Rising Home Prices Have Significantly Impacted Affordability For African Americans

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Fewer than one in 10 homes for sale last year were affordable to African American households in San Francisco, Los Angeles, Seattle, Denver and Boston, a report from Redfin shows.

In San Francisco, less than 1% of homes for sale were affordable to African American families, the report shows.

The share of homes affordable to African American families has declined in every major metro area since 2012, in some places by 30 percentage points or more.

Just 25% of homes for sale in 2018 were affordable to the median African American household, down from 39% in 2012.

Also in 2018, at least half the homes in any metro areas were unaffordable to typical African American families. Six years earlier, there were only 13 metro areas where that was true.

“As prices rise, minorities can get squeezed out of a neighborhood,” says Jason Allen manager of the Maryland market for Redfin, in a statement. “For a lot of people, homeownership is their main vehicle for building long-term wealth. Many African American families who can only afford to buy homes in communities with fewer amenities, lower-rated schools, and long commutes, end up sacrificing not only long-term appreciation, but also access to better job opportunities for themselves and better educational opportunities for their children.”

The most affordable metro areas for African American families in 2018 were in the South. 

Memphis, Tenn., came closest to having half the homes affordable, clocking in at 48.7% last year.

For comparison, the median white family in Memphis could afford 80.4% of homes for sale last year.

The next-most affordable metros for African American families were Atlanta (42.2%) and San Antonio (41.1%).

All of the least affordable metro areas for African American families were in California. San Jose (0.3% of homes affordable), San Francisco (0.4%), San Diego (1.2%), and Los Angeles (1.3%) made up the bottom of the list.

“Home prices have risen 70 percent since the beginning of the housing crash recovery in 2012,” says Daryl Fairweather, chief economist for Redfin. “African Americans, who were disproportionately affected by the housing crash in 2008 have found it much harder to get back into homeownership, especially as prices skyrocketed out of budget.

“With shortages of affordable homes, the future doesn’t bode well for African Americans who aspire to be homeowners,” Fairweather adds. “However, affordable housing and housing inequality is being taken seriously by 2020 presidential candidates. While some candidates’ proposals are more specific than others, the fact that it is being discussed at the highest level of government is a step in the right direction.”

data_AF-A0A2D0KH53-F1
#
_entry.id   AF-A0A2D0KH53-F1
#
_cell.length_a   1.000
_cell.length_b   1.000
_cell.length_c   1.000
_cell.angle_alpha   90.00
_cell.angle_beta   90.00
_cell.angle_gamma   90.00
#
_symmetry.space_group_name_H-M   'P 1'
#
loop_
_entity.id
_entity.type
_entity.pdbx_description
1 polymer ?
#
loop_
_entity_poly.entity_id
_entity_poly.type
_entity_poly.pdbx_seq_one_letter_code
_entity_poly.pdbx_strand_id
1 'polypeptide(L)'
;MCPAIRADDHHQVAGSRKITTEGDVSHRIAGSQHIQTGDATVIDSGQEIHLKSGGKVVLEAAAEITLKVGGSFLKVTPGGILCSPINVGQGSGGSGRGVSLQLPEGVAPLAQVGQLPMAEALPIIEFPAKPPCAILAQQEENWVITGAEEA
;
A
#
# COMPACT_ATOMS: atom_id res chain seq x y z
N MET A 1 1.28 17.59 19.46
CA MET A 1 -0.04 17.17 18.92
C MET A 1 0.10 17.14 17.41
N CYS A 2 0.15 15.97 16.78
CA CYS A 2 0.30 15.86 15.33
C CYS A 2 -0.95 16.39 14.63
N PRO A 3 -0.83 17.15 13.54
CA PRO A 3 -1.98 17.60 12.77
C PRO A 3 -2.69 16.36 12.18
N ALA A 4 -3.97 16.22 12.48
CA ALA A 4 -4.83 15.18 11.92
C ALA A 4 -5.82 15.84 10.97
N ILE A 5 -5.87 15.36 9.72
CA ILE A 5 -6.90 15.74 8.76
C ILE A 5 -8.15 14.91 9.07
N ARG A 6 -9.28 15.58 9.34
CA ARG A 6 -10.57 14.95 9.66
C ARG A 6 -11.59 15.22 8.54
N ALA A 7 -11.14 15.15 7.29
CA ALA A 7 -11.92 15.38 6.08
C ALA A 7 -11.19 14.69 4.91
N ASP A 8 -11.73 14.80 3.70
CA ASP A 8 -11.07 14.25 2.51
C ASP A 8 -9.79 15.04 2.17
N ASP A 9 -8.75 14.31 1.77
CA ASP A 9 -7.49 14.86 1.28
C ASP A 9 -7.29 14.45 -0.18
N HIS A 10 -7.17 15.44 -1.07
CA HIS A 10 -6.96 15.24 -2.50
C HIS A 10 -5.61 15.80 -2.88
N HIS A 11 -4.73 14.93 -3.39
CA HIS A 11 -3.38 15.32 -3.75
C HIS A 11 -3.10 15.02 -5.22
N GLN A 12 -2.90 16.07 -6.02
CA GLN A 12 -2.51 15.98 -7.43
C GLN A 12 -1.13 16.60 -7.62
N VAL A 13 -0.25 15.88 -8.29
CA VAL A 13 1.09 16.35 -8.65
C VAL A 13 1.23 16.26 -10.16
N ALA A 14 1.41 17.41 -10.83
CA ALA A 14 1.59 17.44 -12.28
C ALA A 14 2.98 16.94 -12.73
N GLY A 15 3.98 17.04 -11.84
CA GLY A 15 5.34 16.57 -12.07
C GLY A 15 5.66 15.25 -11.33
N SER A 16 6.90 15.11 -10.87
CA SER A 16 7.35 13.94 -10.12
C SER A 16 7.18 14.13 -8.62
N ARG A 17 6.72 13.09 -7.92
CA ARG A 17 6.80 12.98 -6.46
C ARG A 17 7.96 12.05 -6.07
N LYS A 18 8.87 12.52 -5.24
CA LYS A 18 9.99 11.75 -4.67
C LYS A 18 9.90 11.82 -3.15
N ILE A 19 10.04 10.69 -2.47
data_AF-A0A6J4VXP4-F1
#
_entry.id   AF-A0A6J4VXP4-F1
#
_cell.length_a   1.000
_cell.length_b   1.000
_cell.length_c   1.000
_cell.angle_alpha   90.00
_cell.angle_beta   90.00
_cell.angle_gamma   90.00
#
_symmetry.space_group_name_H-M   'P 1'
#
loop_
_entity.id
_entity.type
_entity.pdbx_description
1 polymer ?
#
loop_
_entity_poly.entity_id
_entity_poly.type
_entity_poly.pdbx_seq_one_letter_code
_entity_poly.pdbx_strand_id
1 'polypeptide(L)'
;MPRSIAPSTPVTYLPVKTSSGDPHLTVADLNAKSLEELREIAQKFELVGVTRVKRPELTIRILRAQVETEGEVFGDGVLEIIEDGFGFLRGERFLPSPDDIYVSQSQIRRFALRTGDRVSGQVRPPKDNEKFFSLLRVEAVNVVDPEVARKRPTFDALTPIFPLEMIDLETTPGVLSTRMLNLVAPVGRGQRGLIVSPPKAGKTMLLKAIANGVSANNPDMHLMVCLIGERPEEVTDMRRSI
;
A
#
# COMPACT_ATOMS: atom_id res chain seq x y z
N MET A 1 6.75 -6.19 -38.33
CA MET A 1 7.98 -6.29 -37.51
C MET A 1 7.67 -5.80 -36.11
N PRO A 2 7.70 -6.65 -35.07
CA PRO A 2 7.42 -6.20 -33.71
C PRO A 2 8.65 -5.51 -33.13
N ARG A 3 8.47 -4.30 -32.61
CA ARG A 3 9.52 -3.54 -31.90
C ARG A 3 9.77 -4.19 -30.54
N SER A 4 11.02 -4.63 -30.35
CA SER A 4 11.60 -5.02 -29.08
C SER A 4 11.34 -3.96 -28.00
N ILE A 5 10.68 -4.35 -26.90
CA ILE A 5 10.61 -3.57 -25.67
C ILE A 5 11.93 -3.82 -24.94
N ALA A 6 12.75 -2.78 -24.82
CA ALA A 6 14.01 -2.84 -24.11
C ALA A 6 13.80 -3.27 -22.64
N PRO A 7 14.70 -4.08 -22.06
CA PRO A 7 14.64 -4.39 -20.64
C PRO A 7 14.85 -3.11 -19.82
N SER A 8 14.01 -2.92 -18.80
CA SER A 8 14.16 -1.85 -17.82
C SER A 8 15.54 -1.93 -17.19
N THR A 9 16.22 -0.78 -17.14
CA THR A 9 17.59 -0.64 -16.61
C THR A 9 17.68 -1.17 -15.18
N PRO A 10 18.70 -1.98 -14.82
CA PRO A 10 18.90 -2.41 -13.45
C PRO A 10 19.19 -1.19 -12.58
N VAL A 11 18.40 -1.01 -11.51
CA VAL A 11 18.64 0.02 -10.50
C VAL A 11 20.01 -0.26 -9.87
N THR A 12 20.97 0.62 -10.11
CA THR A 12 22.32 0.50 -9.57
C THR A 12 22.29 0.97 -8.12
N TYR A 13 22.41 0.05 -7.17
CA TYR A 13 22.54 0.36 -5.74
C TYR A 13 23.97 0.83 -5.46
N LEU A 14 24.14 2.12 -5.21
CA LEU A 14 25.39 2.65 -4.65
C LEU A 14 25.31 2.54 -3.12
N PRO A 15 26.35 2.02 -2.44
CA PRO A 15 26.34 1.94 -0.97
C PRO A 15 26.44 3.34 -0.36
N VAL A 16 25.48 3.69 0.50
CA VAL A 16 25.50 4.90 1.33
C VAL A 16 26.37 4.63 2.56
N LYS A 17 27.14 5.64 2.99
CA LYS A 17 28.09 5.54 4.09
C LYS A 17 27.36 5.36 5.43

The rate of affordability for white households has tumbled over the 2012 to 2018 period as well, but in most metro areas, the declines have not been as steep.

Even in metro areas where the share of listings affordable to white households has fallen more than for African American households, the rate for white households is still much higher.

For example, in Cincinnati, the median white household could afford 77.5% of the listings in 2018, down 7.6 points from 2012.

For the median African American household in Cincinnati, the decline was only 1.3 points, but they could only afford 37.5% of homes for sale last year – less than half as many as white families.

Baltimore posted the smallest decline in the share of homes affordable to African American families between 2012 and 2018, when 34.9% of homes for sale were affordable, down from 36.1% in 2012 – a decline of just 1.15 percentage points.

Baltimore was also the only metro area where the share of listings affordable for white households didn’t decrease; it went up 0.1 points to 74.5% in 2018.

Las Vegas saw the most dramatic decline in the share of homes that African American families could afford, down 46.6 percentage points to just 14.7% in 2018 from 61.2% in 2012.

The shares of homes affordable to African Americans in Orlando, Fla., and Riverside, Calif., also fell by more than 30 percentage points.

“African American families – especially those with children – often face some hard choices and tradeoffs when it comes time to consider buying a home,” Allen says. “If they want to find a big home that they can afford, they can end up forced to less desirable areas.”

“In order to help promote healthy diversity, it’s important to have a good mix of housing types – condos, townhomes, single-family – available that are affordable to a diverse group of people,” Allen adds.

Although incomes have been rising for African American families, those gains have been outpaced by increases in home prices – up 70% nationally from 2012 to 2018 – reducing overall home affordability in every major metro area.

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Lora Steffen
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Lora Steffen

I am not an African American, but buying a home is out of reach for myself as well. I am a single income household, life is expensive enough as it is, I just truly don’t understand why housing should cost 50% or more of ones monthly net income for 30 years.